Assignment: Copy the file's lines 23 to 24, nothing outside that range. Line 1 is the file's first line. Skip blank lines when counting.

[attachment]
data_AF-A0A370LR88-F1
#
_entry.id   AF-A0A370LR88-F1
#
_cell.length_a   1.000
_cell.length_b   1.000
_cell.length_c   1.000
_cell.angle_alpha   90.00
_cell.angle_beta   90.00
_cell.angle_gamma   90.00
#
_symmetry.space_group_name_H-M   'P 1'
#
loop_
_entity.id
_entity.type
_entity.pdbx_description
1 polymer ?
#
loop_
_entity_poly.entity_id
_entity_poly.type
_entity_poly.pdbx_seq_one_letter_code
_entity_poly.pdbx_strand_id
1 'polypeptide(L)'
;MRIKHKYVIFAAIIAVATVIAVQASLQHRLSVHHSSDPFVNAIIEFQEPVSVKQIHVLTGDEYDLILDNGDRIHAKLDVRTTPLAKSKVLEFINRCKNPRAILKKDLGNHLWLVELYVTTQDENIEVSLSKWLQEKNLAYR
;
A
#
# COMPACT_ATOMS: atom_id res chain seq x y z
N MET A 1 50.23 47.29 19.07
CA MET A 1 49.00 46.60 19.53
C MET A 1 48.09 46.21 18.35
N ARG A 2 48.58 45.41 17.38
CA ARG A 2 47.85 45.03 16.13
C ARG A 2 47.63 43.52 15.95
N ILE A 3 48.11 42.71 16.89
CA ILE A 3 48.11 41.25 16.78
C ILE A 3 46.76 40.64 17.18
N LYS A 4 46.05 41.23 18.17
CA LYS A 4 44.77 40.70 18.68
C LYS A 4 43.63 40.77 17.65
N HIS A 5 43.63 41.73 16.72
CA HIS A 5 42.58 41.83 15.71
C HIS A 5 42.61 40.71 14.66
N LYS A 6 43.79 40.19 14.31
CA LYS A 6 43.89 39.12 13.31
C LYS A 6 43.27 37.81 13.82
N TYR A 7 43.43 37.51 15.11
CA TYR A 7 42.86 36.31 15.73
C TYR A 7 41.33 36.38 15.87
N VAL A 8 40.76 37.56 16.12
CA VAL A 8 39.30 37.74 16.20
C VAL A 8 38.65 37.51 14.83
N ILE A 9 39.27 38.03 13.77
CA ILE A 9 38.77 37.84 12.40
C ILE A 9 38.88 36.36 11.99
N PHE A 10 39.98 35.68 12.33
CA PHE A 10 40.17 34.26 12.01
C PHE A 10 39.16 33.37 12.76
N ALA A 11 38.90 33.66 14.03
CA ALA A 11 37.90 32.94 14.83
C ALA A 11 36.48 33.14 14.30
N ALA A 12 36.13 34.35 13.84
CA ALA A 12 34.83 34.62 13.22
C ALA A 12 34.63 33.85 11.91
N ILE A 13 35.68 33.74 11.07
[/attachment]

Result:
_entity_poly.pdbx_seq_one_letter_code
_entity_poly.pdbx_strand_id